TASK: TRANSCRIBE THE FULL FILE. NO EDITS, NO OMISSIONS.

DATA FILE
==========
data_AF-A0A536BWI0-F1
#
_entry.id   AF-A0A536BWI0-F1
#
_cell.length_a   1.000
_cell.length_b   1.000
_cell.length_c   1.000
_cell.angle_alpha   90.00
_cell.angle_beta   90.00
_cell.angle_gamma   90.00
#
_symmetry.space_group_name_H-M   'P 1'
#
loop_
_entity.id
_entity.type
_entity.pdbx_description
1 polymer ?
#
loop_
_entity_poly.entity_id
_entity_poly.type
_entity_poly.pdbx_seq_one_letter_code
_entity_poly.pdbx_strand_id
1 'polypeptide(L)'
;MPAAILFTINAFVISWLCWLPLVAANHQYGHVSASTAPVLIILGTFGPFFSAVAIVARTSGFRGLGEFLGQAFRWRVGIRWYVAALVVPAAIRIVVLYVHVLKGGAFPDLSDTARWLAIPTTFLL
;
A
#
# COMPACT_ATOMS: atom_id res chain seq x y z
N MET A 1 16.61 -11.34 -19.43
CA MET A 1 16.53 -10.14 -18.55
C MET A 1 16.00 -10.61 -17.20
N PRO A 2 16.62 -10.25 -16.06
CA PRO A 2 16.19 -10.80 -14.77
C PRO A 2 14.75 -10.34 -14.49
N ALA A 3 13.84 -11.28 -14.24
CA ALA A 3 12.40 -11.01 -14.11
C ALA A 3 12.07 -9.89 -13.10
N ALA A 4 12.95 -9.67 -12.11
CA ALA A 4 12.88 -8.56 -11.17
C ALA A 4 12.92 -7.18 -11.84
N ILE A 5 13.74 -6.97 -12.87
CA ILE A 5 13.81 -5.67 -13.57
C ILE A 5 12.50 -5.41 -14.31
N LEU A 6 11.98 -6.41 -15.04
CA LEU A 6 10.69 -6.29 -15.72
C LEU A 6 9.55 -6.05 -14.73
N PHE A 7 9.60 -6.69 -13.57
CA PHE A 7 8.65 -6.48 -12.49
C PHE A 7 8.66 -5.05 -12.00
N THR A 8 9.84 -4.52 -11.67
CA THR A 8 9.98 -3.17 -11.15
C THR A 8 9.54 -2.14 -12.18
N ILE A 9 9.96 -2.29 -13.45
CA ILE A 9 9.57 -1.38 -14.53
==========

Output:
data_AF-A0A536BWI0-F1
#
_entry.id   AF-A0A536BWI0-F1
#
_cell.length_a   1.000
_cell.length_b   1.000
_cell.length_c   1.000
_cell.angle_alpha   90.00
_cell.angle_beta   90.00
_cell.angle_gamma   90.00
#
_symmetry.space_group_name_H-M   'P 1'
#
loop_
_entity.id
_entity.type
_entity.pdbx_description
1 polymer ?
#
loop_
_entity_poly.entity_id
_entity_poly.type
_entity_poly.pdbx_seq_one_letter_code
_entity_poly.pdbx_strand_id
1 'polypeptide(L)'
;MPAAILFTINAFVISWLCWLPLVAANHQYGHVSASTAPVLIILGTFGPFFSAVAIVARTSGFRGLGEFLGQAFRWRVGIRWYVAALVVPAAIRIVVLYVHVLKGGAFPDLSDTARWLAIPTTFLL
;
A
#
# COMPACT_ATOMS: atom_id res chain seq x y z
N MET A 1 16.61 -11.34 -19.43
CA MET A 1 16.53 -10.14 -18.55
C MET A 1 16.00 -10.61 -17.20
N PRO A 2 16.62 -10.25 -16.06
CA PRO A 2 16.19 -10.80 -14.77
C PRO A 2 14.75 -10.34 -14.49
N ALA A 3 13.84 -11.28 -14.24
CA ALA A 3 12.40 -11.01 -14.11
C ALA A 3 12.07 -9.89 -13.10
N ALA A 4 12.95 -9.67 -12.11
CA ALA A 4 12.88 -8.56 -11.17
C ALA A 4 12.92 -7.18 -11.84
N ILE A 5 13.74 -6.97 -12.87
CA ILE A 5 13.81 -5.67 -13.57
C ILE A 5 12.50 -5.41 -14.31
N LEU A 6 11.98 -6.41 -15.04
CA LEU A 6 10.69 -6.29 -15.72
C LEU A 6 9.55 -6.05 -14.73
N PHE A 7 9.60 -6.69 -13.57
CA PHE A 7 8.65 -6.48 -12.49
C PHE A 7 8.66 -5.05 -12.00
N THR A 8 9.84 -4.52 -11.67
CA THR A 8 9.98 -3.17 -11.15
C THR A 8 9.54 -2.14 -12.18
N ILE A 9 9.96 -2.29 -13.45
CA ILE A 9 9.57 -1.38 -14.53